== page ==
Long before the train was due, the residents of Poughkeepsie had lined the railroad tracks. They came, this windy February day of 1861, expecting to see their new President, who, if his voice held up and there was time, might say a few words. Across Indiana, Ohio, Pennsylvania, and into New York, Lincoln had greeted similar groups with those unrevealing short speeches of which he was a master. In one Indiana town he joked that the train had started up before his story got to the place "where the laugh came in." Reporters who wanted to know his reaction to the secession of seven southern states were already complaining about his banter, but with the Union in danger Lincoln used anecdotes to divert attention from the controversies that awaited him in Washington. It was enough to present himself for observation, to praise the Union, to declare himself "an accidental instrument of the People," and to leave his listeners contemplating the question that would become the critical issue of his administration: "Shall the Union and the liberties of this country be preserved to the latest generation?" 1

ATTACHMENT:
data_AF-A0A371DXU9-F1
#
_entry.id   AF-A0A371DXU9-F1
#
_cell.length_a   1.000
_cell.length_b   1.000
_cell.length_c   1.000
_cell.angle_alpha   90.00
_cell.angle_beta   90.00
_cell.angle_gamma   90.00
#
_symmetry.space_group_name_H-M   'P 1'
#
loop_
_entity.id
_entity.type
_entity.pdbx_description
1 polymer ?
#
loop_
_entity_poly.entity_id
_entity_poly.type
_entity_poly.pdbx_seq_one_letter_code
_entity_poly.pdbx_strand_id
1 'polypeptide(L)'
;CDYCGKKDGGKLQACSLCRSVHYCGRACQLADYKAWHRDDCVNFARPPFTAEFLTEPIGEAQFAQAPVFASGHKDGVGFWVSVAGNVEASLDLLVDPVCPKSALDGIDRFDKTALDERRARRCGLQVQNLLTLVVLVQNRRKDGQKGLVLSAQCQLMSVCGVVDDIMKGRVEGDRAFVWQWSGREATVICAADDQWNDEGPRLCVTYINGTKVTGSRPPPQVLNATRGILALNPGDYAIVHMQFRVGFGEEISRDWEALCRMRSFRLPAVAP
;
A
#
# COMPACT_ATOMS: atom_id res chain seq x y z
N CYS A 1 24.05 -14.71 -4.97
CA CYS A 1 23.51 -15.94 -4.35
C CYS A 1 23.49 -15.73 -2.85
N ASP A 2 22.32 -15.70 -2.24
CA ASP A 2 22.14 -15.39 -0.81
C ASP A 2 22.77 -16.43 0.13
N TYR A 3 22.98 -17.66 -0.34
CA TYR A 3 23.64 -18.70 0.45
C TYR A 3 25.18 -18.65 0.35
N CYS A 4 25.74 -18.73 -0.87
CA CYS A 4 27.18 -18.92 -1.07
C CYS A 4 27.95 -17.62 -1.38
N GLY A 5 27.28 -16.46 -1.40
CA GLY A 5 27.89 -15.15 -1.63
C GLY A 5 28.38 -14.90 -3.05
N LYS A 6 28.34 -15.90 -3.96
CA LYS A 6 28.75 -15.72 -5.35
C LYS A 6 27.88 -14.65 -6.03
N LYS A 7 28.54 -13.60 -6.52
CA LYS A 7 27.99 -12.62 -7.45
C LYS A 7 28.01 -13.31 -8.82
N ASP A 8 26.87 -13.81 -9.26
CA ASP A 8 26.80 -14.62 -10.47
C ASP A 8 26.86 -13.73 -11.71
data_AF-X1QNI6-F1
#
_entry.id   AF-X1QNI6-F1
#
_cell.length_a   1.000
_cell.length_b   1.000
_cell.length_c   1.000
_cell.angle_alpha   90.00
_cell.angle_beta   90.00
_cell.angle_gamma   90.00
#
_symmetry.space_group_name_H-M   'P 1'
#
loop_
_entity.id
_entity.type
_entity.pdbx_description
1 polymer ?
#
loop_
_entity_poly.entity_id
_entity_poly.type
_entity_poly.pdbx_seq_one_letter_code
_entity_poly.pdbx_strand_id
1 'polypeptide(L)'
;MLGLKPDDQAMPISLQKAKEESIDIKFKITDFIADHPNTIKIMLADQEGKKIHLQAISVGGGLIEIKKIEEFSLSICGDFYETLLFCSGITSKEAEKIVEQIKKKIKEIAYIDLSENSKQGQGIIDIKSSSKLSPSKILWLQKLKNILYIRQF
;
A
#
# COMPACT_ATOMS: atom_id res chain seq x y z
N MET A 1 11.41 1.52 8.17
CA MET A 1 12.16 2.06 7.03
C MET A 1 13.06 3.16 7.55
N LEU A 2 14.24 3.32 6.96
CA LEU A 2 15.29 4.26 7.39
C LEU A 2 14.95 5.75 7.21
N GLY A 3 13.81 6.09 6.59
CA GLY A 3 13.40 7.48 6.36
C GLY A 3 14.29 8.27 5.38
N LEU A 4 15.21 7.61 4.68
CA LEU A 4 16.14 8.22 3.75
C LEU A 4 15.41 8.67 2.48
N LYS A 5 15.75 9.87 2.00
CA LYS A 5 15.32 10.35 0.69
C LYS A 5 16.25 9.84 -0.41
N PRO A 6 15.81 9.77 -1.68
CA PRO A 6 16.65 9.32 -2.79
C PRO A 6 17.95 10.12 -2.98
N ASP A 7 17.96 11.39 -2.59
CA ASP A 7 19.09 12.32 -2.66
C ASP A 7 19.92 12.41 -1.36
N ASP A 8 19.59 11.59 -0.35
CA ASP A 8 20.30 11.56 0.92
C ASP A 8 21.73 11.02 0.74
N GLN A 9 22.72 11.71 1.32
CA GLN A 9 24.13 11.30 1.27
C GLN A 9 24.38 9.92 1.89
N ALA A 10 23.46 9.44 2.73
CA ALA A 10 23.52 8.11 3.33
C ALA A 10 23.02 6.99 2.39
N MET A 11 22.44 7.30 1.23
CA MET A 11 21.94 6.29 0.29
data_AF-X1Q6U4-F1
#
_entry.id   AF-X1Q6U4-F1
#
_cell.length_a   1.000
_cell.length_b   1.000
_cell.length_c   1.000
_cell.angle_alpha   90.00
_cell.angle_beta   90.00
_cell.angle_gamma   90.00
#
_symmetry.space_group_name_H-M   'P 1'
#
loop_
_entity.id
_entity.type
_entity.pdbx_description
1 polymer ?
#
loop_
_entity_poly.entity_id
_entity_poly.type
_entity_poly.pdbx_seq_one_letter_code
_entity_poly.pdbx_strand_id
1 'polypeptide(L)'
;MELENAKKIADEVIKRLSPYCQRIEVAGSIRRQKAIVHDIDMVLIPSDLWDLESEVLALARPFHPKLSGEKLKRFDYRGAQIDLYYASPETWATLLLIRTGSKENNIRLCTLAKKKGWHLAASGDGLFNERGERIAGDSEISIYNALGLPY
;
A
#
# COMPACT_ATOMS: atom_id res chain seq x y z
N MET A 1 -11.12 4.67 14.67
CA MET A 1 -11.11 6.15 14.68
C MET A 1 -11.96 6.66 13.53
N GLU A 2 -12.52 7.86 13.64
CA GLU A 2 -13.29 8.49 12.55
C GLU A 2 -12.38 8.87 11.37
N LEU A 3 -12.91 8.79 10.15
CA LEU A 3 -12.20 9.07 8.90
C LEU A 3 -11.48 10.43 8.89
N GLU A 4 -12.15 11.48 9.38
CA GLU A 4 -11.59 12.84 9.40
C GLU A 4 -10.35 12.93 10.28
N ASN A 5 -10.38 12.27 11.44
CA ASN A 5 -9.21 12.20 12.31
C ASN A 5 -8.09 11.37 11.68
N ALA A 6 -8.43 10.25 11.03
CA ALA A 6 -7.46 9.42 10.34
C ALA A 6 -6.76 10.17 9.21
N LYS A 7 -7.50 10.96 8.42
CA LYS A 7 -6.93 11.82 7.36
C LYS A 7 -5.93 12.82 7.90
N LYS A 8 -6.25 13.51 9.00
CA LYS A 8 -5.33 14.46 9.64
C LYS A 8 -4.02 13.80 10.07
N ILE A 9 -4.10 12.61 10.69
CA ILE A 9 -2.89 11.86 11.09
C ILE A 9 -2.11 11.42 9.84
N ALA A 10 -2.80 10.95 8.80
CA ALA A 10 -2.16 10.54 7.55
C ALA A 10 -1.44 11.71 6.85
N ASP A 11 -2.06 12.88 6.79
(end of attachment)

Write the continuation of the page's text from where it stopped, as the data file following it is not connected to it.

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Publication information: Book title: Mary Todd Lincoln:A Biography. Contributors: Jean H. Baker - Author. Publisher: Norton. Place of publication: New York. Publication year: 1987. Page number: 163.
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